William Haywood (engineer)

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William J. Haywood (8 December 1821 – 13 April 1894) was a surveyor and an engineer to the City of London Commissioners of Sewers. He was also known as an architect.

Personal life[edit]

William Haywood was born as the eldest of three children in Camberwell. His father was probably also called William Haywood. Nothing is known about his mother. In the census of 1871 he was no longer alone and living in Maida Vale.

He died at 56 Hamilton Terrace, Maida Vale, on 13 April 1894.[1]


He was probably educated in Camberwell. There are records suggesting he went to Camberwell Grammar School. Later he trained with George Aitchison (1792–1861).


With Joseph Bazalgette he was responsible for the enormous undertaking of improving the London sewerage system, which enabled the growth of the city (Abbey Mills pumping station). He worked with James Bunning on the Holborn Viaduct.[1]

His main work is the City of London Cemetery and Crematorium. The facility was built near Little Ilford (now Manor Park) as a way of relieving the appalling overcrowding of London's church burial grounds (described e.g. in Dickens's 'Bleak House'). As the City was redeveloped the remains from many of its churchyards were reinterred there. Haywood was a pioneer of cemetery reform.[citation needed]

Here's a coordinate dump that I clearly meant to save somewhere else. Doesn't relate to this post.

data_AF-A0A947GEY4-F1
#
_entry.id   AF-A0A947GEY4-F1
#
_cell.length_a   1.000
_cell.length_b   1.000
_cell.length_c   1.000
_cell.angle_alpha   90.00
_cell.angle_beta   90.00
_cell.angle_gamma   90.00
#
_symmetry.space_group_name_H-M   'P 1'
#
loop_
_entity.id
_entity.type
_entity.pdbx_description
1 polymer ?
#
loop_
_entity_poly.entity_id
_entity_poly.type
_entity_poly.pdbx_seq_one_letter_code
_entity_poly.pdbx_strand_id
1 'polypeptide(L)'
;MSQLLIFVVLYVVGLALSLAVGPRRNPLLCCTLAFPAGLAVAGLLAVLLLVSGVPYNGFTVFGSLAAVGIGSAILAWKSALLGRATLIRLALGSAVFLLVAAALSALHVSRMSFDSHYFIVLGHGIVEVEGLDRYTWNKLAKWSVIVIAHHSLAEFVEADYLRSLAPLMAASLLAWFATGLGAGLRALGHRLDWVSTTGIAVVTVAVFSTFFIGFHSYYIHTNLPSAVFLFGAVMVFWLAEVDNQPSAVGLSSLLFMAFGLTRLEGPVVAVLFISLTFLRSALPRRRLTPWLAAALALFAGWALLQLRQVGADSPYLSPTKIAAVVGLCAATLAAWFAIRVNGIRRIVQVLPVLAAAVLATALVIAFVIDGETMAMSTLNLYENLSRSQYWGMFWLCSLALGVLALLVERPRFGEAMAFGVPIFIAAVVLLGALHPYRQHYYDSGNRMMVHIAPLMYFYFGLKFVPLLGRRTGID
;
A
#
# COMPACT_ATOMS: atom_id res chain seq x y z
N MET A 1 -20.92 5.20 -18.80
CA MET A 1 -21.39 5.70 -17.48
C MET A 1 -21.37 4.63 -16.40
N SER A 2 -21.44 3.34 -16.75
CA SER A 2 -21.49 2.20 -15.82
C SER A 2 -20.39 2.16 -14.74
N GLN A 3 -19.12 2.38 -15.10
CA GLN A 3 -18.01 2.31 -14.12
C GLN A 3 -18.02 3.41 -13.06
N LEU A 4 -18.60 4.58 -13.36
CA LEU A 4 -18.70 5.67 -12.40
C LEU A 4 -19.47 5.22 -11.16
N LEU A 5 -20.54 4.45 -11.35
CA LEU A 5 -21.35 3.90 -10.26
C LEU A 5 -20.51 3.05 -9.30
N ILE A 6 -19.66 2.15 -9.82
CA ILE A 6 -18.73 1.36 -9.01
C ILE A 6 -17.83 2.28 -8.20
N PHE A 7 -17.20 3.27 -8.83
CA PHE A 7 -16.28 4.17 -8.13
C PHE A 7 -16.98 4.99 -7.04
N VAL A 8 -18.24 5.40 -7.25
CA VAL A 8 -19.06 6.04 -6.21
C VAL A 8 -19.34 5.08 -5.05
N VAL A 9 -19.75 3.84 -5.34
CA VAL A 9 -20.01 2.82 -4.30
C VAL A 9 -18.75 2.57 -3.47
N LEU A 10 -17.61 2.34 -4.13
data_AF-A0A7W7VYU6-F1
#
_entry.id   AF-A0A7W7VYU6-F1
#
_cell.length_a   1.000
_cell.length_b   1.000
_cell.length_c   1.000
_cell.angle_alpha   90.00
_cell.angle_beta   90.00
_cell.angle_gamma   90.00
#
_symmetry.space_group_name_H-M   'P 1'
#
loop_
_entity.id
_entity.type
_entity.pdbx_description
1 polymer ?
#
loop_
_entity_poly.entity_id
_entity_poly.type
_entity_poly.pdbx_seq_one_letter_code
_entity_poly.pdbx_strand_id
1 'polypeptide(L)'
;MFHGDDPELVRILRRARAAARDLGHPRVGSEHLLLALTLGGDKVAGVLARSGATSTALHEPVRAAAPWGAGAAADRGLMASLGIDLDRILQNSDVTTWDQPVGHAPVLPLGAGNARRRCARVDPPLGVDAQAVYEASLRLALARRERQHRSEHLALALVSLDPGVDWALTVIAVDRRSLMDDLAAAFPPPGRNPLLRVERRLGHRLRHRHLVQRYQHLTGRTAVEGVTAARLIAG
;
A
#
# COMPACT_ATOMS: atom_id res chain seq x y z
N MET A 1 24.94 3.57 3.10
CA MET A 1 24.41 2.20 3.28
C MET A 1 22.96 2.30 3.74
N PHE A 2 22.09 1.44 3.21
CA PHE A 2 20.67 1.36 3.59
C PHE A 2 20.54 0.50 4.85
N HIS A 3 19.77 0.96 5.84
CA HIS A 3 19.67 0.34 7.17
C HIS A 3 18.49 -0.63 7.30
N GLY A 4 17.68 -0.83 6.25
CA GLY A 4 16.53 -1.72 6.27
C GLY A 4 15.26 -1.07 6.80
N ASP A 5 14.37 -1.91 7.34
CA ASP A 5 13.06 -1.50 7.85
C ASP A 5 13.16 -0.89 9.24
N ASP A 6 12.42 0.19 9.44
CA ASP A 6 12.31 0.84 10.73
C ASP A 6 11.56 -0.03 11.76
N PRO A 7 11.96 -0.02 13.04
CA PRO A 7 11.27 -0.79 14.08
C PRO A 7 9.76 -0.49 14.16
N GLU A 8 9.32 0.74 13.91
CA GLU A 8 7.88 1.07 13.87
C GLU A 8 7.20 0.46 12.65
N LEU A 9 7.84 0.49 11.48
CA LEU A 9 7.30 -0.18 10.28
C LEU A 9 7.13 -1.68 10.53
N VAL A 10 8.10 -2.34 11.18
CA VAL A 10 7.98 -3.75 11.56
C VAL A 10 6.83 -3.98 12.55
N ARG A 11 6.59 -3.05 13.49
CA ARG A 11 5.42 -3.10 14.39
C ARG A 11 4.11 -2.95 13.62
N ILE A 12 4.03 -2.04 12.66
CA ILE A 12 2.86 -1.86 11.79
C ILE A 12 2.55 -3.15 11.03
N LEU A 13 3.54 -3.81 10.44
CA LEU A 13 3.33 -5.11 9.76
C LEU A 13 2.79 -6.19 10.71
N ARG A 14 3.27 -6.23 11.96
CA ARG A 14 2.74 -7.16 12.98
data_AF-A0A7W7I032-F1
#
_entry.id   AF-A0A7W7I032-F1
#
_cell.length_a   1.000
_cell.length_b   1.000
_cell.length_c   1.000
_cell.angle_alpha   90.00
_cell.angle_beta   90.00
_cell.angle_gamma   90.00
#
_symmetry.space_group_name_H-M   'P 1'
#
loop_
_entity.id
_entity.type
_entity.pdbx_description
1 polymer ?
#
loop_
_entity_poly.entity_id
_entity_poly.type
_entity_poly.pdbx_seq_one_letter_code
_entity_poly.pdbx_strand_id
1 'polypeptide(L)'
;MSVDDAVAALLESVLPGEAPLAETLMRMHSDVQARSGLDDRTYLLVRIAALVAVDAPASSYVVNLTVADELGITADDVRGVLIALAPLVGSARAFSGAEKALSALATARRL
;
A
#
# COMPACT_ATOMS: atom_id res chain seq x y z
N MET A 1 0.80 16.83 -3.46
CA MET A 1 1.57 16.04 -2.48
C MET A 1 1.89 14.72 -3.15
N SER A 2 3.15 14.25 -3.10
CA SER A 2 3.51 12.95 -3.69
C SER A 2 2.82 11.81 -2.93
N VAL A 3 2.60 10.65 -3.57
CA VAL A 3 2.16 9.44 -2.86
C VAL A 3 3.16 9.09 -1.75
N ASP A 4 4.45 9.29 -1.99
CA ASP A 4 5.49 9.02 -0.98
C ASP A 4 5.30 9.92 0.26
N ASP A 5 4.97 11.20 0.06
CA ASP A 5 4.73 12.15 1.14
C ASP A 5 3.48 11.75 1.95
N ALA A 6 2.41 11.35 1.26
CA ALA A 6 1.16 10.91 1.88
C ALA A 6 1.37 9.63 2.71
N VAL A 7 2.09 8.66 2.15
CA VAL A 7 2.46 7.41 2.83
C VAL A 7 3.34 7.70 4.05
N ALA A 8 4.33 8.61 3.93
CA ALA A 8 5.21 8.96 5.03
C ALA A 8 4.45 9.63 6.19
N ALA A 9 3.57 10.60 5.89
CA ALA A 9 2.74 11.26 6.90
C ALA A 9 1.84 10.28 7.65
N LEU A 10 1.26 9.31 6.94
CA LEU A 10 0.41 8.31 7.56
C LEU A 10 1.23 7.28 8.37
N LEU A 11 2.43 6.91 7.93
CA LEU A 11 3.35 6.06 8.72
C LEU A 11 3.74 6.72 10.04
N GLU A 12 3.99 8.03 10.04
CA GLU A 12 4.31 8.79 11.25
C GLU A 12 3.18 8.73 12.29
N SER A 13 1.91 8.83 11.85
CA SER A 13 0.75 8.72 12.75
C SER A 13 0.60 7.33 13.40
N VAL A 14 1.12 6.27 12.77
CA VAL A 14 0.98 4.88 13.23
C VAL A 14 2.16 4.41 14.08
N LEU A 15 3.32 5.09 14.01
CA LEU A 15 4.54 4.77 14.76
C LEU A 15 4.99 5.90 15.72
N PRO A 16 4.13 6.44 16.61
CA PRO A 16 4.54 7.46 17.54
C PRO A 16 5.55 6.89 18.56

There is a small Gothic mausoleum near the gates of The City of London Cemetery and Crematorium containing his ashes.[citation needed]

Other activities[edit]

It has been suggested that William Haywood was the anonymous author 'Walter' of the erotic memoir My Secret Life.[2]

In 1858 Haywood was one of the founders of the Geologists' Association.[3][4]


  1. ^ a b  Beare, Thomas Hudson (1901). "Haywood, William (1821–1894)". In Lee, Sidney. Dictionary of National Biography, 1901 supplement​. London: Smith, Elder & Co.
  2. ^ John Patrick Pattinson, The man who was Walter, in Victorian Literature and Culture, Cambridge University Press, 2002, pp. 19–40
  3. ^ "A true amateur". Geoscientist Online. July 2008. Retrieved 2016-04-06.
  4. ^ Freeman, Eric F., (1994) "In search of W.J. Haywood"; Proceedings of the Geologists' Association Volume 105; pp. 161–166;

Further reading[edit]

  • The government of Victorian London, 1855–1889: the Metropolitan Board of Works, The Vestries and The City Corporation; Owen, David Edward and Roy M. MacLeod; reprinted in 1982 by the Harvard University Press. 480pp. ISBN 0-674-35885-6
  • Public sculpture of the City of London; Ward-Jackson, Philip; Liverpool University Press; 2003; 680pp; ISBN 978-0-85323-977-2.